64% of Americans don’t have a will. Rocket Lawyer is trying to fix this big gap and bring awareness to the importance of having your will in place. This August, Make A Will Month allows you to create a will for only $10 on Rocket Lawyer’s site. The process for creating a will take less than 30 minutes. You can save, print, edit, and download your document, and we’ll keep it safe in your secure online account so you can access it whenever you need it.

If you’re looking to complete your entire estate planning, it could cost between $1,000-$2,500 if done by an attorney. The process could also take up to two weeks to be finalized. By becoming a Rocket Lawyer member, for as little as $39.95/month, you can complete your entire estate plan, including a power of attorney, living trust, memorial plan and more. You have the ability to do it for yourself as well as your entire family. Plus, you can consult with local lawyers and have your documents reviewed at no extra charge. With Rocket Lawyer, you can cancel your membership anytime you’d like, and reactive it if you need to make changes to your estate plan down the line.

Get your estate planning completed during Make A Will Month, so you can save time, money and much needed sleep. Having this to do crossed off the list will allow you and your family to rest easy at night.

Taking Your Pup Across the Pond

I’ve moved dozens of times bringing with me my beloved dogs, and at one time a cat. One of our ventures involved a fourteen-hour drive, and a cat in a carrier, and let’s just say the prescribed kitty tranquilizers didn’t quite cut it, and I could have used a margarita or three. Domestic travel no big deal, but toying with the idea of an overseas move, my first thought was what about the dog? Come to find out people do it all the time, and with some careful planning, you and your fur kids can embark on your big adventure together. Here are some things to know before you fly the friendly skies with your companion in tow.

Find out about the rules, and regulations your destination has on bringing pets. Different countries have varied laws, some even requiring your dog be quarantined for a period of time that will be stressful for both of you. There may be a limit to how many pets are allowed, and you’ll be required to provide all vaccination certificates.

Schedule a check-up with your veterinarian to ensure your pet is healthy enough to travel, and obtain any necessary vaccines. Elderly pets may become stressed during plane travel, so ask if it’s advisable for them to do so. Both the airline, and your destination will need to verify health records, and it’s a good idea to bring extra copies in case one is misplaced.

Is your airline pet-friendly? Airlines that allow pets may have stipulations on the times of year you’ll be allowed to bring them, especially during the summer when the cargo area although pressurized would be too hot. Breed restrictions may also apply so check in advance. A great link for tips and pet-friendly airlines is Direct flights are best and ask your vet about feeding your dog pre-flight.

If your dog isn’t used to a crate or carrier, start acclimating them before your trip. I’ve found serving them their meals inside the crate, and hiding treats inside is a great way to help them make a positive association. When you’re purchasing a crate, check with the manufacturer to make sure it’s approved for air travel.

Be sure to bring your dog’s regular food to avoid a sudden transition to a new diet, and keep their bedding, and toys handy to provide familiar smells, and comfort. Our dogs love nothing more than to be by our sides, and will enjoy becoming a globe trotter as much as you do!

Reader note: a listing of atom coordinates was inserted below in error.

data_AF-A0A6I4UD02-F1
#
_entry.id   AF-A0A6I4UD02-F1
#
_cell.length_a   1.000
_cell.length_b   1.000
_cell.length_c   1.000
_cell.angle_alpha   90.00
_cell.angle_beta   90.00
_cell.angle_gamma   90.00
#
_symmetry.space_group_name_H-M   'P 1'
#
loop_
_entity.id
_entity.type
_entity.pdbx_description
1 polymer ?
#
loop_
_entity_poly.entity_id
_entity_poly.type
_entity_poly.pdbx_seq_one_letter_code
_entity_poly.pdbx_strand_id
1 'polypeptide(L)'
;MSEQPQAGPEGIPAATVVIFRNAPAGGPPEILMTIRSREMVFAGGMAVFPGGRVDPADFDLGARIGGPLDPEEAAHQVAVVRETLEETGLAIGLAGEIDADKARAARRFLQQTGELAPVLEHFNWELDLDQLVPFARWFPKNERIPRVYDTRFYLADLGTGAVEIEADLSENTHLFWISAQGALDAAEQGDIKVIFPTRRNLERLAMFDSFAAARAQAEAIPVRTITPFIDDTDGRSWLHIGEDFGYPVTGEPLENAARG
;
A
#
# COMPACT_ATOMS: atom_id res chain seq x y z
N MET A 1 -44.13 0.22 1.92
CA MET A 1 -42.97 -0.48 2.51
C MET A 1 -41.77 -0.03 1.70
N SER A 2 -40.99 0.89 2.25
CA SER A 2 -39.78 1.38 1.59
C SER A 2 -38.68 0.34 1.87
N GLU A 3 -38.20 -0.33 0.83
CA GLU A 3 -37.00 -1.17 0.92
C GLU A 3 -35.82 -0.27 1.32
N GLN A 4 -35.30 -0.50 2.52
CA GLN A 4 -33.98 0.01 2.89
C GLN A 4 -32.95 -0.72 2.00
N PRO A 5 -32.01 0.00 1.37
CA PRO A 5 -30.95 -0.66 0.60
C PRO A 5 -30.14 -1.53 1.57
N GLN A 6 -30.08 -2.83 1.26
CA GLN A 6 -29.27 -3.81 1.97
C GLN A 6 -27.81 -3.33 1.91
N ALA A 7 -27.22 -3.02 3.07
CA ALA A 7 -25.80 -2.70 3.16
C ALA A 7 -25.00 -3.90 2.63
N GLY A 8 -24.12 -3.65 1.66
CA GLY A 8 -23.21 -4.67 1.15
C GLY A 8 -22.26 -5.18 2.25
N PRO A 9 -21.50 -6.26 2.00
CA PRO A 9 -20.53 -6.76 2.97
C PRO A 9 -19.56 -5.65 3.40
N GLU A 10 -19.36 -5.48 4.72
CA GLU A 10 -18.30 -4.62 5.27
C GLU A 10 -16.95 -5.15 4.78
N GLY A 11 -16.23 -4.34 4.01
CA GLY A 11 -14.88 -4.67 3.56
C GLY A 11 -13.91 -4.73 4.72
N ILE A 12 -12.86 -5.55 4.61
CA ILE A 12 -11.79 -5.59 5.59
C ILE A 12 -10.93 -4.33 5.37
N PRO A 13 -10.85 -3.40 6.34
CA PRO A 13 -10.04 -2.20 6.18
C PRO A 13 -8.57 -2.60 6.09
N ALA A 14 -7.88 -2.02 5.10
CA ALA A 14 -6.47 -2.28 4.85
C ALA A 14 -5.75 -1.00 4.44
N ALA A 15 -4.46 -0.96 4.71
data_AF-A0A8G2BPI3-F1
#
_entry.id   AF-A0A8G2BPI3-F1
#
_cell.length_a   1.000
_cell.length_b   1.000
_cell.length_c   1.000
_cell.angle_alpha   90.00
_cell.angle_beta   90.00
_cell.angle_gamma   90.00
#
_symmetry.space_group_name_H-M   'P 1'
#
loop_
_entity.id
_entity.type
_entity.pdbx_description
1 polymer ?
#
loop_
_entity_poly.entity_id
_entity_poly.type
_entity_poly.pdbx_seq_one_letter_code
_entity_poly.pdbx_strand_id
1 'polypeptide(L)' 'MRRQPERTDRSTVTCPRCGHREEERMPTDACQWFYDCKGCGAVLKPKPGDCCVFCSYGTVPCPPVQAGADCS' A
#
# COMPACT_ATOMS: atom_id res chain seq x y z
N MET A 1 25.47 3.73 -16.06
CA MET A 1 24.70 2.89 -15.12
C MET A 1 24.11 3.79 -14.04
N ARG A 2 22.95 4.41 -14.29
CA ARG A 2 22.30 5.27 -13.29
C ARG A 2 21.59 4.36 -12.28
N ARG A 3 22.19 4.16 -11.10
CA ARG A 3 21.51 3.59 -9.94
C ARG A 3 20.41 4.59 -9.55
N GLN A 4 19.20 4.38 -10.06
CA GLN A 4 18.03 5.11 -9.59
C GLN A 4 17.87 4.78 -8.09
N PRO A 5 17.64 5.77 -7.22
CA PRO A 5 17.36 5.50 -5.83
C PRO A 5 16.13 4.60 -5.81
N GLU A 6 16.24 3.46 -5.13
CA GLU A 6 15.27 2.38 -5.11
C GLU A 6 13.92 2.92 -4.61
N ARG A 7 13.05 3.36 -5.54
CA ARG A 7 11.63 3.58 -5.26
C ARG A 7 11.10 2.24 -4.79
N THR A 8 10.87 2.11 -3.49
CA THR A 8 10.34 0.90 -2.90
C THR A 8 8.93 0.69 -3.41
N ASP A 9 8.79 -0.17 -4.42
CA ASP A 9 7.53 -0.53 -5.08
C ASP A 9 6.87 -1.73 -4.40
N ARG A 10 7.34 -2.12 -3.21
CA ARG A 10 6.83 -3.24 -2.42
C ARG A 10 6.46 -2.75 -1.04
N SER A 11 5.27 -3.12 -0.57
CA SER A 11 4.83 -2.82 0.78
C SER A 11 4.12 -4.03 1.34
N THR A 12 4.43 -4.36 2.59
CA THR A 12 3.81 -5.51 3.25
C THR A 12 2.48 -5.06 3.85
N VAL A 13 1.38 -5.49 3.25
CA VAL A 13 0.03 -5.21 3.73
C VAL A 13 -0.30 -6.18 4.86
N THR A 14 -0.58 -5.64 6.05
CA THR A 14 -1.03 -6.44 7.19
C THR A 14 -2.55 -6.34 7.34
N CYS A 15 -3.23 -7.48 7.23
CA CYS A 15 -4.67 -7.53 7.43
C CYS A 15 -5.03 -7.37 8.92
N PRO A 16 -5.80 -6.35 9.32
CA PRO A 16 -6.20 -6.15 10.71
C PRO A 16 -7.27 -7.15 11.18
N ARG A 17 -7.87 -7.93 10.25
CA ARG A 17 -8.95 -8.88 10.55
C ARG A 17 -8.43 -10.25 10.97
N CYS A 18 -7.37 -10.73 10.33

Head Back to Class-Post Retirement?

Have a penchant for academia, or thought you missed your chance to make the honor roll? If you’re finding you have time on your hands, and love learning, what if I said you could make heading back to class part of daily life? Thanks to university based retirement communities, the grandkids won’t be the only ones shopping the back-to-school sales! College life as a baby boomer or retiree gives you the opportunity to learn what you want rather than what’s on the prerequisite list, and there’s no pressure to pull an all night study session unless of course you want to. Missed out on frat parties? I won’t tell.

Time, and time again research has proven the cognitive, and physical benefits of learning later in life, and these university communities are providing the chance for active adults to stimulate their minds, and have fun doing it. Most college retirement communities are located in proximity to the universities themselves providing transportation to and from, and residents have access to amenities such as libraries, fitness centers, while mingling with the younger crowd.

Lasell Village in Newton, Massachusetts is located across from Lasell college, and is a continuing care community who’s motto is A passion for living, learning, and laughter. Residents of Lasell Village are required to earn their keep by taking at least 450 hours of learning, and fitness activities each year, and have wide variety of options from art history to participating in community or volunteer services.

Kendal at Oberlin in Oberlin, Ohio is a lively community providing services for independent, and assisted living as well as skilled nursing while providing an enriching learning environment for its residents. Working closely with Oberlin college, the community’s students can attend lectures, or audit classes on campus as well as experience the Conservatory of music.

Mary’s Woods at Marylhurst in Lake Oswego, Oregon has paired up with Marylhurst University to give their active residents a vibrant lifestyle, and continuing education. This beautiful Pacific Northwest community, provides on site classes, lectures, and travel opportunities, as well as being able to audit classes at the university at no cost.

College towns are known for having a hip, youthful energy that seniors can benefit from socially, and physically. For many, work, kids, and life got in the way of pursuing a higher education, and university based communities are proving it’s never too late to start!